Randy Quaid 
Bellaire High School

Cousin Eddie from National Lampoon's Vacation, Kingpin, Not Another Teen Movie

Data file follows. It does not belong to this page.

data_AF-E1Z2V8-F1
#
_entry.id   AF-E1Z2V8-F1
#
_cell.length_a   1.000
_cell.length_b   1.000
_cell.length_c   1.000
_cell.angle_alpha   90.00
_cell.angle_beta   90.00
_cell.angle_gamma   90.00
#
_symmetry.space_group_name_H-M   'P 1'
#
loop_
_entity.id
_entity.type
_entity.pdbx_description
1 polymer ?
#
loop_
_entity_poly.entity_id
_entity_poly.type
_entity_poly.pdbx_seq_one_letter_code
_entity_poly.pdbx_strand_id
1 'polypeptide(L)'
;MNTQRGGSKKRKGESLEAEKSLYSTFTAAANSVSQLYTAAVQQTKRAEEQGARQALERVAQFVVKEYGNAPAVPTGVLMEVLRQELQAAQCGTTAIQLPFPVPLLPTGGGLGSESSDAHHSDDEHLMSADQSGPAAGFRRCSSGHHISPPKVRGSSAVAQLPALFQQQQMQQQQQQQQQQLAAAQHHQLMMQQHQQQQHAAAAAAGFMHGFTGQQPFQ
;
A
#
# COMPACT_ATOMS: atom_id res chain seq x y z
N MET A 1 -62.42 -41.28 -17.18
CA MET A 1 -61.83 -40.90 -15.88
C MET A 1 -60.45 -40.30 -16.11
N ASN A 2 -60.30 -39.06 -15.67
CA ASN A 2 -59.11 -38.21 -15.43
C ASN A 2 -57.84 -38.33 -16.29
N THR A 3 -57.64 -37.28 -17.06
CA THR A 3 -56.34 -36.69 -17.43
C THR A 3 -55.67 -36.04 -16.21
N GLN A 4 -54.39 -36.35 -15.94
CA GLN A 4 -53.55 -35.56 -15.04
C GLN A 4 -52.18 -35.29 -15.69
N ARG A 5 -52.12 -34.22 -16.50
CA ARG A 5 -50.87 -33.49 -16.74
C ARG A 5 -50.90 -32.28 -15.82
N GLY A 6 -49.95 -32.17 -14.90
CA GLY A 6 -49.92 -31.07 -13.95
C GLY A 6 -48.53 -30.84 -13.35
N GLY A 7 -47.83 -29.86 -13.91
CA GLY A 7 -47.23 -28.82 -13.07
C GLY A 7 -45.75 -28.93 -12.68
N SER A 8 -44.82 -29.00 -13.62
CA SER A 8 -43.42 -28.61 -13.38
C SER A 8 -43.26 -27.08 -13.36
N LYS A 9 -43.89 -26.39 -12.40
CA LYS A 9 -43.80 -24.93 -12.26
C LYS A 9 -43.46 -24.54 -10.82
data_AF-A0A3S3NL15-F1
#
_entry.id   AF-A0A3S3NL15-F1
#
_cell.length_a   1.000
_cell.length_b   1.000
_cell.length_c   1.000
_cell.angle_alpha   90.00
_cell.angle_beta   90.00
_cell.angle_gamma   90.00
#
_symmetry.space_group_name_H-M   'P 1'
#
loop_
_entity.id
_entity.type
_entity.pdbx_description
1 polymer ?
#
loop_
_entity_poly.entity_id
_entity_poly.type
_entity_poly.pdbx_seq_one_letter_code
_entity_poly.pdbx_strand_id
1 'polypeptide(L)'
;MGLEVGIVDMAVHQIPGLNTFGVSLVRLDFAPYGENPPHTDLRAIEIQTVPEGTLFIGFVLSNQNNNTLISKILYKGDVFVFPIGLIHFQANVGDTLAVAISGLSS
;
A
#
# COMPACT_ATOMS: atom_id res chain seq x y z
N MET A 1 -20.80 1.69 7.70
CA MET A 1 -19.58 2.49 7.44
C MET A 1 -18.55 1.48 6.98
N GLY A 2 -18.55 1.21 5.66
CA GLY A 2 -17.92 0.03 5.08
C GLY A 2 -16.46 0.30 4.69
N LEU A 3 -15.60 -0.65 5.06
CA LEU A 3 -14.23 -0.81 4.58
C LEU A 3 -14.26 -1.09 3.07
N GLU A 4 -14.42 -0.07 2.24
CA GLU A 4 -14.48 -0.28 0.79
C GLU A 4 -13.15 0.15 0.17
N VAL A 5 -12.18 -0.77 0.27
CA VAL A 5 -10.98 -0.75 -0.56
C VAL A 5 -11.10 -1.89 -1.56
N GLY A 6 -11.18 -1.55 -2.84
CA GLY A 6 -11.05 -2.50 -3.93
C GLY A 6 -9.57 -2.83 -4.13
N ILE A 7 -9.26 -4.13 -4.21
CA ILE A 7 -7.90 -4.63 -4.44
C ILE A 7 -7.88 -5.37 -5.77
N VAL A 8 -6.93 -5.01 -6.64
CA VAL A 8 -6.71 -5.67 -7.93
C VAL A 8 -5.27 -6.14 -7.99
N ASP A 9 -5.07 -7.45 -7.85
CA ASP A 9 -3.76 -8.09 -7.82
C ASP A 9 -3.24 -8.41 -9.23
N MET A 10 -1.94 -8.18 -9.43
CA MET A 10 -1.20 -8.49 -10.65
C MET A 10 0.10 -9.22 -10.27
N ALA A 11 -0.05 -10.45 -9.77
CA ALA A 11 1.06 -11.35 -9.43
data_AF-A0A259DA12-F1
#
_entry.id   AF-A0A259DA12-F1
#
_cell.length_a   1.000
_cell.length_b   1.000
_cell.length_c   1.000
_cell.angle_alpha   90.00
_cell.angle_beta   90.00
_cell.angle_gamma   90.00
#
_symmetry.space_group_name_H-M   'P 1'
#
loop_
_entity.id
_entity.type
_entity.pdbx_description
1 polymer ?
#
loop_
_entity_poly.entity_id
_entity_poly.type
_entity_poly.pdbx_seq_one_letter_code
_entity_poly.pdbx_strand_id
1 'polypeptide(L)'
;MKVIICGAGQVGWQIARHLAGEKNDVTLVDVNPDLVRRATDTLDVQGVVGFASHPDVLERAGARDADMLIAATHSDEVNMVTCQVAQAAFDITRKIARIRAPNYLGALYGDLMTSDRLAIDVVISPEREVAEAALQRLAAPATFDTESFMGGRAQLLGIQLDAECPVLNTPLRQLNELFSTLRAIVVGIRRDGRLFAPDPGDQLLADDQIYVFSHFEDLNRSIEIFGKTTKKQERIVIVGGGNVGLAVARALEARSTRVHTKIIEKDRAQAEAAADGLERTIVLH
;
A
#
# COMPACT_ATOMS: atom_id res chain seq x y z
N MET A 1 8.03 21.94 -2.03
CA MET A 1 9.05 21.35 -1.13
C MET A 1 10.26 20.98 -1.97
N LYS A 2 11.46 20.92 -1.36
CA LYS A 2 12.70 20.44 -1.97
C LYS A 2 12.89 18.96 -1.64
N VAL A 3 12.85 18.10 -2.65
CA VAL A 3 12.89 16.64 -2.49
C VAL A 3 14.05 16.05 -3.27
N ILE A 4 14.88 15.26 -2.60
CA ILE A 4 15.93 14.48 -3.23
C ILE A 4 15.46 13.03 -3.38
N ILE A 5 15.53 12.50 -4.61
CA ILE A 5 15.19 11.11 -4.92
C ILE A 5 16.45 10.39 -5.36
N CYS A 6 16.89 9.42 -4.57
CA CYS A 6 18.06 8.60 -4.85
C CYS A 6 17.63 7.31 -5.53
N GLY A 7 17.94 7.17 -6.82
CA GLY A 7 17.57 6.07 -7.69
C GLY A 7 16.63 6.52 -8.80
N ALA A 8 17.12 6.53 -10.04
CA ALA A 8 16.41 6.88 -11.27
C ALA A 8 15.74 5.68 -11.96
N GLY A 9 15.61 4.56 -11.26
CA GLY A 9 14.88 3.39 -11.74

Oscar, Emmy, BAFTA, and Independent Spirit Award nominee and Golden Globe winner, Randy Quaid could easily be dubbed the most versatile character star in Hollywood. In what is promising to be a hectic year, Quaid will next be heard from in April when he voices an operatic, villainous, mustachioed cattle rustler who loves to sing and yodel to his cows and his victims in Disney's highly anticipated animated feature "Home on the Range." In June we'll see Quaid on the small screen opposite Timothy Hutton in the Sci-Fi mini-series "5 Days to Midnight," in which Quaid undertakes the role of a detective that is hired to solve a murder before it is even committed. Quaid's recent roles include his portrayal of a scheming opportunist opposite Troy Garity in the indie "Milwaukee, Minnesota" (a film that was shown at this year's Cannes Film Festival and received top honors at the Deauville Film Festival in 2003) and a small town sheriff with a volatile temper and a big heart in David E. Kelley's critically acclaimed "Brotherhood of Poland, NH." Star of one of the big screen's biggest-ever box office winners, "Independence Day," Quaid created the classic character Ishmael, a na�ve Amish bowler, in the Farrelly Brothers hit "Kingpin." Comedy, drama, and action films have all played a large part in the ever-growing list of credits for Quaid. For over two decades, Randy Quaid has delighted filmmakers and fans alike with the range and mobility of his talent, with his adventurous quest to stretch the variety of his characterizations and even with the skill with which he has morphed his appearance. Like the other great-unchained character lead stars of his time, such performers as Gene Hackman, Dustin Hoffman, and Jack Nicholson, Quaid has been, by turns, dangerous, romantic, tragic and whackily comedic. His career started off in award nomination fashion with the fragile, sweet characters he created with telling comedic and dramatic expertise in such films as "The Last Detail" (Best Supporting Actor Oscar nomination), "The Last Picture Show," "The Apprenticeship of Duddy Kravitz", and "Midnight Express." His ability to create the lovable oddball was perhaps never better expressed than in his work as one of the four lead stars of a film which quickly became the biggest money-making movie success of all time, "Independence Day." As the tormented crop duster who eventually saves the world, Quaid created one of Hollywood's most memorable portrayals of unlikely heroism. At the same time, he has proven an actor of dominating and even intimidating strength, most memorably in his Emmy Award-nominated and Golden Globe winning television performance as Lyndon Baines Johnson in the heralded production of "LBJ: The Early Years", and his portrayal of Randy Weaver in "Ruby Ridge: An American Tragedy." His portrayal of Blanche DuBois' suitor in "A Streetcar Named Desire" exhibited Quaid's way with a role of touching pathos. (Source: imdb.com)

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